The other aspect is this: feminism, despite the strawman attacks against it and chracterizations by Rush Limbaugh as "feminazis" and so forth - has made inroads. The first part was getting women to be considered the same as men: they can generally wear pants without being sent to an insane asylum and forced to wear makeup, they can vote, and they've made tremendous inroads into business and trades. But the last mile has always been the "pink and blue" phenomenon - that once you put a pink cap on a baby versus a blue cap, how it's treated and how it's judged change completely. Sure the likes of a Kat Von D can sling tattoos and curse like a stevedore just like the boys, but it's always been highly questionable for men to identify with things that are female.
So the fact that you're having entire groups of men not only rallying explicitly around "a show for little girls" but truly appreciating the "feminine" messages therein - that's a big win for the kind of gender equality that will eventually come with a complete smashing of gender roles. And it seems that public opinion has gone from "ha! fags!" to "well, it's a thing, I guess" to "what exactly IS wrong with liking a well written show promoting friendship and tolerance?"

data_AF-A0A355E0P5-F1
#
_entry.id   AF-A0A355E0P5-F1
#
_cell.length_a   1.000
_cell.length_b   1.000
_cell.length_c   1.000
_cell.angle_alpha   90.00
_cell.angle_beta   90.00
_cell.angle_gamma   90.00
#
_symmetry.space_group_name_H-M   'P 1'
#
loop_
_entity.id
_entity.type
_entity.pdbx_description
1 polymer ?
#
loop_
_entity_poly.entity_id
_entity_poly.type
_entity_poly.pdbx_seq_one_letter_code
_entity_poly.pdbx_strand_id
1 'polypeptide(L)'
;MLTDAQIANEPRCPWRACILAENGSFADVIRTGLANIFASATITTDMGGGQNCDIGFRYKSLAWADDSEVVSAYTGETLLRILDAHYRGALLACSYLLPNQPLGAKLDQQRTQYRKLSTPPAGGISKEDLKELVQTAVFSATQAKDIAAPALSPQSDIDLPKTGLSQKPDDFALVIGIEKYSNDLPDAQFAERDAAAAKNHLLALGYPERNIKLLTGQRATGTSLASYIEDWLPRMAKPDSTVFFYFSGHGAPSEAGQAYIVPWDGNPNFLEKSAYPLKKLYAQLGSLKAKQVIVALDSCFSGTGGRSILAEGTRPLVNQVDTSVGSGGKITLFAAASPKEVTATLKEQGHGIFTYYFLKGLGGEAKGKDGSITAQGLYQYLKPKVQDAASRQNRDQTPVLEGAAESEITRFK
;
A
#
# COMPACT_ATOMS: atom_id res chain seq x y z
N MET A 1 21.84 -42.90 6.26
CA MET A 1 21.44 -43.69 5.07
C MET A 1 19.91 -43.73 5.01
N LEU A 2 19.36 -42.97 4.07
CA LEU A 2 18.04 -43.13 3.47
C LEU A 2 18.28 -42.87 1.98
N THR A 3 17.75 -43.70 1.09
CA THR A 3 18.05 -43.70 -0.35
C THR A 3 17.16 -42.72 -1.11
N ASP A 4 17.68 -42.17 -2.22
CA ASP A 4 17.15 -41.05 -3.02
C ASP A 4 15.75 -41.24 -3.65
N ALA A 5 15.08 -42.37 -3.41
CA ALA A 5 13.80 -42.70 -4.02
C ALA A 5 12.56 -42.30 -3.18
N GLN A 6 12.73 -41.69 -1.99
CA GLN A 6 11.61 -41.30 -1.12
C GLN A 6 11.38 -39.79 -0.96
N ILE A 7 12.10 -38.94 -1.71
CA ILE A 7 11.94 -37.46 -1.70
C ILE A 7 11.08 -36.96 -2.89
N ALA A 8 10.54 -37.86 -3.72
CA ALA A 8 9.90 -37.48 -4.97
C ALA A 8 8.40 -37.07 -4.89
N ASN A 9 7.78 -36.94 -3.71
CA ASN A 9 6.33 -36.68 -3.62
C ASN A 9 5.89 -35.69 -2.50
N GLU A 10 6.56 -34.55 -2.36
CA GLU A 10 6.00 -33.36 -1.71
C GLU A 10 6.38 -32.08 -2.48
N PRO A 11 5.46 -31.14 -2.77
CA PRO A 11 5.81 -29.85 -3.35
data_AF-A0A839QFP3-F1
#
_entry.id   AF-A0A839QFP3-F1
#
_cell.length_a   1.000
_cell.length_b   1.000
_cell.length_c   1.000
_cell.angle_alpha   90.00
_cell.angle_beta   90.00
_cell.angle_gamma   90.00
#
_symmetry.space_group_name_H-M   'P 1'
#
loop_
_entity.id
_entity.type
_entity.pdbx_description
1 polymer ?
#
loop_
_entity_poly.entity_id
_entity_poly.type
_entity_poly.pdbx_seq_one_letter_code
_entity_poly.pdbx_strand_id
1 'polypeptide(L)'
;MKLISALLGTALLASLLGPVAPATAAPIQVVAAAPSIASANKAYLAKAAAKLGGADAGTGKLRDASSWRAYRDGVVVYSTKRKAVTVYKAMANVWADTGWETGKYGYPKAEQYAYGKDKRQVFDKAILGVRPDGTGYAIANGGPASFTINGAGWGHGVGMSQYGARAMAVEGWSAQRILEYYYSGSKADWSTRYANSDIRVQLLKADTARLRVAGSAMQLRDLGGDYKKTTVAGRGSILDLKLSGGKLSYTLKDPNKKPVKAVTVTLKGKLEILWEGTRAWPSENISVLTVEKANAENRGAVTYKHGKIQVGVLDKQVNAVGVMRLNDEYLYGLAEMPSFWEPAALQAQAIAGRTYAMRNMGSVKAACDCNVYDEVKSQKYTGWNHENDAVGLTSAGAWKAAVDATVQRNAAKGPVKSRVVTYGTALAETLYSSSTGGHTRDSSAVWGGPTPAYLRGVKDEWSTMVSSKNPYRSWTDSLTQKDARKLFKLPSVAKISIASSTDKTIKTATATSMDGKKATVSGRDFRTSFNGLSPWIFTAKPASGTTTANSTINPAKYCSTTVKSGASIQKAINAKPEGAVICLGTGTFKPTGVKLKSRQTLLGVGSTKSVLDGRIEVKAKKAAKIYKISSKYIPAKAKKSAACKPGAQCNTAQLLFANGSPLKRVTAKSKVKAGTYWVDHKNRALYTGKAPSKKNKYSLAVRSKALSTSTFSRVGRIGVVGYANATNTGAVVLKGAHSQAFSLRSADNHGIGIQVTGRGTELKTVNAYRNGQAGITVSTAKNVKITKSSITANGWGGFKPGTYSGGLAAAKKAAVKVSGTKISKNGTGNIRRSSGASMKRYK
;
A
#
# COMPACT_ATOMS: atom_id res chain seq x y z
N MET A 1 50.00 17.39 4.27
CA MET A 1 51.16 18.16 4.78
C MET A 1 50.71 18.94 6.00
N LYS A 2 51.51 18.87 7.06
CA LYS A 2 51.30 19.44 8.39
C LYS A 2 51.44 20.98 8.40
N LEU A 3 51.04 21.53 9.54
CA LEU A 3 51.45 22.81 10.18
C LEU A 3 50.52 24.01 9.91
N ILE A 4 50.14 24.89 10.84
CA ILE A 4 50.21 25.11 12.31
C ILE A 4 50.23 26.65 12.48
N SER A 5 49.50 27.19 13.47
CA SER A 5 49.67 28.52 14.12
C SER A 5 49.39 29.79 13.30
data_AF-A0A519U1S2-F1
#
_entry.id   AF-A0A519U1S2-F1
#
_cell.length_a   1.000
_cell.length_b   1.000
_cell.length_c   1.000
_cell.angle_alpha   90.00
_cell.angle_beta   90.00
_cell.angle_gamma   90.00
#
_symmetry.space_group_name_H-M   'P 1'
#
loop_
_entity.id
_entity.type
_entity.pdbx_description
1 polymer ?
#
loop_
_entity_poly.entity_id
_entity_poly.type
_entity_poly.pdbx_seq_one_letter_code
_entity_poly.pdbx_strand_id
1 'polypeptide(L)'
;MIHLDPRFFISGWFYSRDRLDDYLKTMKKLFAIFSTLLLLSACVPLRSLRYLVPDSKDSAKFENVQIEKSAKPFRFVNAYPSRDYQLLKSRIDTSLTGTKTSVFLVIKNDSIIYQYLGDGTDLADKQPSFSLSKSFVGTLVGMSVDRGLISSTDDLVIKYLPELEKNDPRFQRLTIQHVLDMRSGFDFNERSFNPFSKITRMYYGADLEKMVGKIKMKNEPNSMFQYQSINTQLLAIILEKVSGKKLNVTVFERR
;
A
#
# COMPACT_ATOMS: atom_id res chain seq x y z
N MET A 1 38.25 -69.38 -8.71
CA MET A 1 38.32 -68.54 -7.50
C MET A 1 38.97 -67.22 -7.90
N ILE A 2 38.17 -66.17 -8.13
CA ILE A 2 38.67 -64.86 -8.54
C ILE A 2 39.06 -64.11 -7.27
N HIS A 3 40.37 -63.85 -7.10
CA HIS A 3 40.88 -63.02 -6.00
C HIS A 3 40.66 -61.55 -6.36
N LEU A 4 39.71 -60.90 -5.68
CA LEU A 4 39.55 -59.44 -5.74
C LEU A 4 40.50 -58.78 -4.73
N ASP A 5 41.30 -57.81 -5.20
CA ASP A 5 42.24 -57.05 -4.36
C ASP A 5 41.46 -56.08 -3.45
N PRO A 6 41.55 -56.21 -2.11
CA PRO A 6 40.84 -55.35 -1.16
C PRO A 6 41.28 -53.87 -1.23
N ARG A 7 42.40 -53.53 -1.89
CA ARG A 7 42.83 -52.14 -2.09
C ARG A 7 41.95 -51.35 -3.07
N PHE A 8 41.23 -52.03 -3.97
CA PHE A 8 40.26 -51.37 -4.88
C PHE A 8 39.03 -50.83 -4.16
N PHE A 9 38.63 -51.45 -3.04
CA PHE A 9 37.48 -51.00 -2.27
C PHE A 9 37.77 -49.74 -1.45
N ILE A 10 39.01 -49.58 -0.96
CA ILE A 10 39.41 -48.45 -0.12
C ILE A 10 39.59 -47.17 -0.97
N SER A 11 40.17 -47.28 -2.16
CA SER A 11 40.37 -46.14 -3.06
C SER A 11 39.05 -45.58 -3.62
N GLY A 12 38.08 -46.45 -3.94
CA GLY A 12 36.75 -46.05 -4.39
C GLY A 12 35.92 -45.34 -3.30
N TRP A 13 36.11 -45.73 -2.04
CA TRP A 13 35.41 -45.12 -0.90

This is not to say that the show's popularity with men hasn't come with a darker side.
It's one thing for a girl to write "freaky friend fiction" about a series, and another for someone to draw a stylized vulva on a cartoon horse. Naturally Rule 34 applies to everything so there is a subgenre called "clop" which is - and I shudder to actually type this - erotic My Little Pony. Dare I say, "My Little Pony: Friendship With Benefits Is More Magic?". From depictions of the characters interacting sexually to, and God forgive me for having seen this in my research - actual modified MLP plush dolls with masturbatory sleeves made to be "sex dolls". It's not that creepy to do when the characters are adult - but when one of the show's ideas is that a pony achieves ponyhood when she "gets her cutie mark" (euphemism for first menstrual period), a sigil that appears on her flank - we're talking about pre-teens here. Most of the ponies are clearly "adult", with independent lives and so forth, but some aren't, and there's a lot of story ideas relating to coming of age. There's therefore something that creeps me out in this, but here's the thing, it's making me examine my own gender biases. Because when some middle aged women wrote Harry Potter erotic fan fiction, they were writing erotic fiction about children. And some of the scenarios were downright creepy - pairings of Hermione Grainger and Severus Snape are, after all, teacher and student. In theory, I should find them equally abhorrent, but the idea of sexualizing something for little girls still triggers the idea of "grooming" girls which leads me down a very, very dark trail of very internalized gender biases.